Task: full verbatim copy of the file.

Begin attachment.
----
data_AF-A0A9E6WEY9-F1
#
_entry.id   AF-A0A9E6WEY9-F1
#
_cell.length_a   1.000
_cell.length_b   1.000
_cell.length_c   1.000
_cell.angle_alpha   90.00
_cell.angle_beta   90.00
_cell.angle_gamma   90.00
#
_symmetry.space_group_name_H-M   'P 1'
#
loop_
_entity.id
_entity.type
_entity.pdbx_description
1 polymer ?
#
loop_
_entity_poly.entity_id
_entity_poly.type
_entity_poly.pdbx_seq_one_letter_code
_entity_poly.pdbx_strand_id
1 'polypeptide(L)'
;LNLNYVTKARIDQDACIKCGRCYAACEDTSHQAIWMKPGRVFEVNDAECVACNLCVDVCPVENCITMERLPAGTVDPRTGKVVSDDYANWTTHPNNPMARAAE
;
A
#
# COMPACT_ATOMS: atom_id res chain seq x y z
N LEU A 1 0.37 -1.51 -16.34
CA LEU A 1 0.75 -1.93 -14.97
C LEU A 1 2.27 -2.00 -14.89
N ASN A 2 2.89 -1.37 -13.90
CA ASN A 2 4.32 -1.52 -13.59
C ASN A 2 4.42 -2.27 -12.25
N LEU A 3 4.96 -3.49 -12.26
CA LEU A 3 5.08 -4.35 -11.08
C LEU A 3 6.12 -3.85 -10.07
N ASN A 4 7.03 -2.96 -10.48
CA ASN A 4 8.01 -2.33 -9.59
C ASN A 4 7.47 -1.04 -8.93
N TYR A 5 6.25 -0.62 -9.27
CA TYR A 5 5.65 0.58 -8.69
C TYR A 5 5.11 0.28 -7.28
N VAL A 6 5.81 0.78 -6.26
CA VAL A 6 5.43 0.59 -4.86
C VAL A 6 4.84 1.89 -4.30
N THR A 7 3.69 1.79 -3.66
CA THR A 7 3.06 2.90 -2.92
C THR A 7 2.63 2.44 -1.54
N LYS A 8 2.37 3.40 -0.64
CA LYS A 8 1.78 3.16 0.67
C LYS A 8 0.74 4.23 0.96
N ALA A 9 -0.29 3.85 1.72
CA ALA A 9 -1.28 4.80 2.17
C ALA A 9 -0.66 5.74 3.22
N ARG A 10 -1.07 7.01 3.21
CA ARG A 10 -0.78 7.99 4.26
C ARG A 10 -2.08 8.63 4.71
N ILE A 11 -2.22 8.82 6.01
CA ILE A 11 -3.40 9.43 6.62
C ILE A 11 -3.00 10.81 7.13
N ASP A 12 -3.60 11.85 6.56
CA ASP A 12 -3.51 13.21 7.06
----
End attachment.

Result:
data_AF-A0A9E6WEY9-F1
#
_entry.id   AF-A0A9E6WEY9-F1
#
_cell.length_a   1.000
_cell.length_b   1.000
_cell.length_c   1.000
_cell.angle_alpha   90.00
_cell.angle_beta   90.00
_cell.angle_gamma   90.00
#
_symmetry.space_group_name_H-M   'P 1'
#
loop_
_entity.id
_entity.type
_entity.pdbx_description
1 polymer ?
#
loop_
_entity_poly.entity_id
_entity_poly.type
_entity_poly.pdbx_seq_one_letter_code
_entity_poly.pdbx_strand_id
1 'polypeptide(L)'
;LNLNYVTKARIDQDACIKCGRCYAACEDTSHQAIWMKPGRVFEVNDAECVACNLCVDVCPVENCITMERLPAGTVDPRTGKVVSDDYANWTTHPNNPMARAAE
;
A
#
# COMPACT_ATOMS: atom_id res chain seq x y z
N LEU A 1 0.37 -1.51 -16.34
CA LEU A 1 0.75 -1.93 -14.97
C LEU A 1 2.27 -2.00 -14.89
N ASN A 2 2.89 -1.37 -13.90
CA ASN A 2 4.32 -1.52 -13.59
C ASN A 2 4.42 -2.27 -12.25
N LEU A 3 4.96 -3.49 -12.26
CA LEU A 3 5.08 -4.35 -11.08
C LEU A 3 6.12 -3.85 -10.07
N ASN A 4 7.03 -2.96 -10.48
CA ASN A 4 8.01 -2.33 -9.59
C ASN A 4 7.47 -1.04 -8.93
N TYR A 5 6.25 -0.62 -9.27
CA TYR A 5 5.65 0.58 -8.69
C TYR A 5 5.11 0.28 -7.28
N VAL A 6 5.81 0.78 -6.26
CA VAL A 6 5.43 0.59 -4.86
C VAL A 6 4.84 1.89 -4.30
N THR A 7 3.69 1.79 -3.66
CA THR A 7 3.06 2.90 -2.92
C THR A 7 2.63 2.44 -1.54
N LYS A 8 2.37 3.40 -0.64
CA LYS A 8 1.78 3.16 0.67
C LYS A 8 0.74 4.23 0.96
N ALA A 9 -0.29 3.85 1.72
CA ALA A 9 -1.28 4.80 2.17
C ALA A 9 -0.66 5.74 3.22
N ARG A 10 -1.07 7.01 3.21
CA ARG A 10 -0.78 7.99 4.26
C ARG A 10 -2.08 8.63 4.71
N ILE A 11 -2.22 8.82 6.01
CA ILE A 11 -3.40 9.43 6.62
C ILE A 11 -3.00 10.81 7.13
N ASP A 12 -3.60 11.85 6.56
CA ASP A 12 -3.51 13.21 7.06